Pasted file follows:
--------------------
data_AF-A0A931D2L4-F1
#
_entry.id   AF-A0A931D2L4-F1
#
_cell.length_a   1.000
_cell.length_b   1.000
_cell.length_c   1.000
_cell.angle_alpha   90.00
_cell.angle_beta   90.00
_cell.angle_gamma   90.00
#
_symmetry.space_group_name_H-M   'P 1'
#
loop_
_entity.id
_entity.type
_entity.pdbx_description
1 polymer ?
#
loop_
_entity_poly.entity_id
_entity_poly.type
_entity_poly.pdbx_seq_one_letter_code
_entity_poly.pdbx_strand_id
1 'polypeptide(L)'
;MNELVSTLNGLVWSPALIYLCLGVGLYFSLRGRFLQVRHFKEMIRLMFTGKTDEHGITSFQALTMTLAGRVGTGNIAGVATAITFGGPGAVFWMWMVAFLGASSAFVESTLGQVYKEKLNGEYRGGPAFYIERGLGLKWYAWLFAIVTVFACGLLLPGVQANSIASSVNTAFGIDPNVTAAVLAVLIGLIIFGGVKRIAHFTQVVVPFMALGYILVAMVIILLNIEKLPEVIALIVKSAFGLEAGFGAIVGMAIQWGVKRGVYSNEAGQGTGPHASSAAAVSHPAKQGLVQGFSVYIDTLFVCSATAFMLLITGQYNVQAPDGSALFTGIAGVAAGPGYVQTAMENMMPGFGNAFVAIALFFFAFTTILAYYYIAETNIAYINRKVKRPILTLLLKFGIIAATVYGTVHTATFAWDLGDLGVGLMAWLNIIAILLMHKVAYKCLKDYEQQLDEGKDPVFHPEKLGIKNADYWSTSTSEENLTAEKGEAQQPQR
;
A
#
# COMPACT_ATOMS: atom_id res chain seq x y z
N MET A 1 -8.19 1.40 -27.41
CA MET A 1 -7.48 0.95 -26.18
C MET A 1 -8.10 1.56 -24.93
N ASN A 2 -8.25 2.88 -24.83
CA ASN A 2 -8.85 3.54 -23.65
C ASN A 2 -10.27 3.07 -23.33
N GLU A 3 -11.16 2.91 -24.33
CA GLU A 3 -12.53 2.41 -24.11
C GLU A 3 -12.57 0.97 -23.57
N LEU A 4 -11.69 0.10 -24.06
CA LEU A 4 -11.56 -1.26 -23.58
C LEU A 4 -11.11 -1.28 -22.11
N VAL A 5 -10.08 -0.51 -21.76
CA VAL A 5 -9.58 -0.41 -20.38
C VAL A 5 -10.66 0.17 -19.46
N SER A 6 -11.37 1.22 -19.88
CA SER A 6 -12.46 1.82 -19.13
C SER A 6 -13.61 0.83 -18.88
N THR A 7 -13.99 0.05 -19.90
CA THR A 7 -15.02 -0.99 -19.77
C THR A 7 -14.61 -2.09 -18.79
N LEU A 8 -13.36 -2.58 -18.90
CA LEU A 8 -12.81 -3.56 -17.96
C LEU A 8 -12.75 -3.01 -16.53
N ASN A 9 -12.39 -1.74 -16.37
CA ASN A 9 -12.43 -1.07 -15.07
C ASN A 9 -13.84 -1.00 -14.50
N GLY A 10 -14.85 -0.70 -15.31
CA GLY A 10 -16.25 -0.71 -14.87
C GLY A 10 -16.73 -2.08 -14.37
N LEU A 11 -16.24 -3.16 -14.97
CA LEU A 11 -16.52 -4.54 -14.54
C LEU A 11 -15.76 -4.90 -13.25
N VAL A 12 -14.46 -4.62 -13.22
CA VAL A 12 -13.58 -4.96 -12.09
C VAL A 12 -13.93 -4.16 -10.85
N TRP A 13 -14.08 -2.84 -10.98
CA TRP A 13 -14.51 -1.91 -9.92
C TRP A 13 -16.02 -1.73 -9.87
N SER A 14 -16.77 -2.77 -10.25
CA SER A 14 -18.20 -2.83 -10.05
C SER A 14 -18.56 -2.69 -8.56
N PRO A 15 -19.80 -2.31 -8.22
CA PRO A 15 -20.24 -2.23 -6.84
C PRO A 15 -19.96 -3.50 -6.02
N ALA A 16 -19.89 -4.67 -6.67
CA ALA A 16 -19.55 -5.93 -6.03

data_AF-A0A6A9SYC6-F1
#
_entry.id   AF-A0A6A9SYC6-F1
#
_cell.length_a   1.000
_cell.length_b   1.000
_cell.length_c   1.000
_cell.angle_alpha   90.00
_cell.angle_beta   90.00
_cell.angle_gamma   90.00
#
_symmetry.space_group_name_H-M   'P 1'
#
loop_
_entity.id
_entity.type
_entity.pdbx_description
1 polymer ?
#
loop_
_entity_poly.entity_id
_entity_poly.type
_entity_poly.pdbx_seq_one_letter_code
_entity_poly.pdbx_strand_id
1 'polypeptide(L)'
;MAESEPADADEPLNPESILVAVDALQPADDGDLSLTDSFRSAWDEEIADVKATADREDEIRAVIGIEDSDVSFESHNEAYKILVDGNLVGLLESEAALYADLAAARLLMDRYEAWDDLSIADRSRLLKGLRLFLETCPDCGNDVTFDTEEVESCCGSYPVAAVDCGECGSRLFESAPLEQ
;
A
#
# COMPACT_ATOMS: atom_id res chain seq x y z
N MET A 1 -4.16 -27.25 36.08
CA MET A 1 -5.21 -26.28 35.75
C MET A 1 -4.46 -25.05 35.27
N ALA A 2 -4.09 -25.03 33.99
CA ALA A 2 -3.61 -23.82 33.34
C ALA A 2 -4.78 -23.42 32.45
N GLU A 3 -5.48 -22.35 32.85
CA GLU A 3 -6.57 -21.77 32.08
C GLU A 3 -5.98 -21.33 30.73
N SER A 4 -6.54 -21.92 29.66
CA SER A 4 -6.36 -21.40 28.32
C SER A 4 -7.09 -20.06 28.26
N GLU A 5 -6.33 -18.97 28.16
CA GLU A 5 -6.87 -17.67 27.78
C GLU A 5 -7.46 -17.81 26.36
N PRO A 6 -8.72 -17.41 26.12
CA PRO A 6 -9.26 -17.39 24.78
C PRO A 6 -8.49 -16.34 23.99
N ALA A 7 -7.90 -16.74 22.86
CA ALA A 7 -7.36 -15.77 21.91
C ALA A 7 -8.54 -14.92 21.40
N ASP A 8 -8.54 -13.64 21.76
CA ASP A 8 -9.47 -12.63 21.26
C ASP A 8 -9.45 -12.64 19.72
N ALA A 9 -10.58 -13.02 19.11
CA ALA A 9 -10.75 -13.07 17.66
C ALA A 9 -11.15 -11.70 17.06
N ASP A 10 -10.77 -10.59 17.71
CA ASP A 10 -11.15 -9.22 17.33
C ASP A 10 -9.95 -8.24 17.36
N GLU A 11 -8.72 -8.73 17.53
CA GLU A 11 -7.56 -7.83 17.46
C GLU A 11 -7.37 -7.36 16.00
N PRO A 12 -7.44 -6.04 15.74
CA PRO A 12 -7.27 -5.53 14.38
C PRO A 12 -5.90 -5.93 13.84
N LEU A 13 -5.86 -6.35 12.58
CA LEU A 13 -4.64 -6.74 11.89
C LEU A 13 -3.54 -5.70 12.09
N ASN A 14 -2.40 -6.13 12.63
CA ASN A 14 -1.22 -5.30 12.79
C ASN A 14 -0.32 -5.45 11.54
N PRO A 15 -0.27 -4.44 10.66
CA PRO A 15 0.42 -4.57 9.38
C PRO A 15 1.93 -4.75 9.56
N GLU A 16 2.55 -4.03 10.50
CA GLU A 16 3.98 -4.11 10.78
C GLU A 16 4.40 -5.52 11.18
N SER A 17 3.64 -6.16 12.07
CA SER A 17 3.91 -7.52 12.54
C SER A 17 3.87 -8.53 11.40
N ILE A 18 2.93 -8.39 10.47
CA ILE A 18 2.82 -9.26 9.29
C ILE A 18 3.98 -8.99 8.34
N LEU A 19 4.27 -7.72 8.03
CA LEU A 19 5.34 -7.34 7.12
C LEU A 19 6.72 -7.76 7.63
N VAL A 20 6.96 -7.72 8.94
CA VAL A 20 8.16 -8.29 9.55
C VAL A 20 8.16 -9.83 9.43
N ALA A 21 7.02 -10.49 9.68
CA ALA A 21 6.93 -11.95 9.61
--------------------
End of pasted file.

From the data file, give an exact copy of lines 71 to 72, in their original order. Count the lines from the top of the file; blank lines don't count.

CA SER A 14 -18.20 -2.83 -10.05
C SER A 14 -18.56 -2.69 -8.56